LNG presents transition pathway to shipping's decarbonization goals: sources
27th April 2021 08:55 GMT

LNG as a marine fuel, while having been subject to some controversy due to a recently released World Bank report, still offers an effective transition pathway to navigate shipping through its decarbonization journey as other low-carbon fuel solutions are still at a fairly nascent stage of development and pose some hurdles, sources said at the IMO-Singapore Future of Shipping Conference.

A recent World Bank report -- The Role of LNG in the Transition Toward Low- and Zero-Carbon Shipping -- stated that the Initial IMO GHG Strategy and the IMO’s climate targets are not consistent with the large-scale use of LNG as a bunker fuel in the long term.

While sources agreed that the future would herald multiple zero-carbon fuel solutions, LNG's potential could not be currently ignored and that inaction on this front was simply not an option.

"Mastering fuel complexity will be a key factor for success [to tread along the decarbonization pathway]," Brian Ostergaard Sorensen, vice president, head of research & development, two-stroke at MAN Energy Solutions, said at the virtual industry event on April 23, held as part of the Singapore Maritime Week 2021.

The optimal fuel choice will depend on a variety of factors including what is the vessel type, where is the vessel trading, what is the trading scheme, be it network trading or tramp trading, Sorensen said, adding that ultimately a variety of fuels will need to be there.

However, LNG is already an established technology in the market and is a "good solution" currently, in it being a bridging technology, he said.

He also noted that dual fuel technology's uptake, which was initially gradual, was now gaining increased momentum, with COVID-19 actually accelerating the transition to alternative fuels.

"We actually see now that around 35% of the engines ordered with MAN today are dual fuel (in 2021), with LNG being a major part of it," he said.

Some of the future fuels -- methanol, ammonia, and hydrogen -- still pose some challenges regarding their production, availability and scalability as well as usage onboard, he added.

Meanwhile, Nick Ryan, vice president, operated fleet at BP Shipping agreed that LNG was an effective transition fuel.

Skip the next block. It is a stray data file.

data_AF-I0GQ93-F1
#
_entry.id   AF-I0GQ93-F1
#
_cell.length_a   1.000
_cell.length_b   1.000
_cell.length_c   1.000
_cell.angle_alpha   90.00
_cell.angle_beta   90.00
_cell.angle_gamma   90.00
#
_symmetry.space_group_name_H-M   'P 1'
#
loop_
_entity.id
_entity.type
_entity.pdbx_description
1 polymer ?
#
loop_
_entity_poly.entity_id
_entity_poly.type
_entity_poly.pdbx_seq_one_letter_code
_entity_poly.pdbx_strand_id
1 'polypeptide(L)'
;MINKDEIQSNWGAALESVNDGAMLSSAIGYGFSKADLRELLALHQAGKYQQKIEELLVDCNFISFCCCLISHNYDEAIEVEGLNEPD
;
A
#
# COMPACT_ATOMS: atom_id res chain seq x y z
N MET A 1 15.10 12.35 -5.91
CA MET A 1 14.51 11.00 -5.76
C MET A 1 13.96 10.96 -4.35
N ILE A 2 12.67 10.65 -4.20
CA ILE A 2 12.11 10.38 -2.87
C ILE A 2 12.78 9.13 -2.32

It is already gaining much momentum from customers now committing to dual fuel ships, he said. "We use it [LNG] in our LNG carriers and its very successful and is becoming ever more efficient."

Moreover, organizations with LNG capabilities such as BP have an opportunity to use their expertise to build supply and logistics capabilities in selected locations around the globe, he added. In the longer term, hydrogen, ammonia and other fuels could be considered as future low carbon fuel solutions, Ryan said.

A significant amount of work, however, is required to develop the right infrastructure and supply capability to ensure that such fuels are safe, efficient and economically viable, he added.

Vivian Rambarath Parasram, director and head, Maritime Technology Cooperation Centre Caribbean noted that "within the Caribbean, we have some LNG providers and there are some LNG bunkering capacity currently... So I think as a transition fuel, like the rest of the world, Caribbean can be looking at LNG as a transition fuel."

Ammonia and methanol are possibilities as well for the region. However, ensuring that ships are capable of up-taking these types of fuels is something that may be outside of the capability of the region currently, she added.

Act now rather than wait

"We welcome creative challenge and creative discomfort," Rajalingam Subramaniam, president and CEO of Singapore-headquartered shipping company AET, said while referring to the World Bank report at a separate event, also organized during the Singapore Maritime Week 2021.

LNG's viability is proven on a well-to-wake basis, with LNG capable of reducing GHG emissions by about 23% compared to standard conventional fuels, he said, citing industry studies.

Subramaniam acknowledged that achieving decarbonization entailed a number of solutions but the company was committed to LNG as it was imperative to act now rather than wait.

Meanwhile, SEA-LNG, a multi-sector industry coalition to promote LNG as a marine fuel, said on April 20 that “waiting for future fuels and not fully utilizing LNG, which is safe, proven, competitive and available today, is a mistake.”

The World Bank’s recent report attempts to prescribe solutions and predict the timing of future technology development, it said, adding that SEA-LNG believes strongly that the transition to future fuels must not follow this prescriptive approach.

“To suggest that investments not be made in the LNG sector is unwise, and will prolong the use of higher emissions fuels and slow down shipping’s decarbonization,” it added.


Bunkerworld .,
27th April 2021 08:55 GMT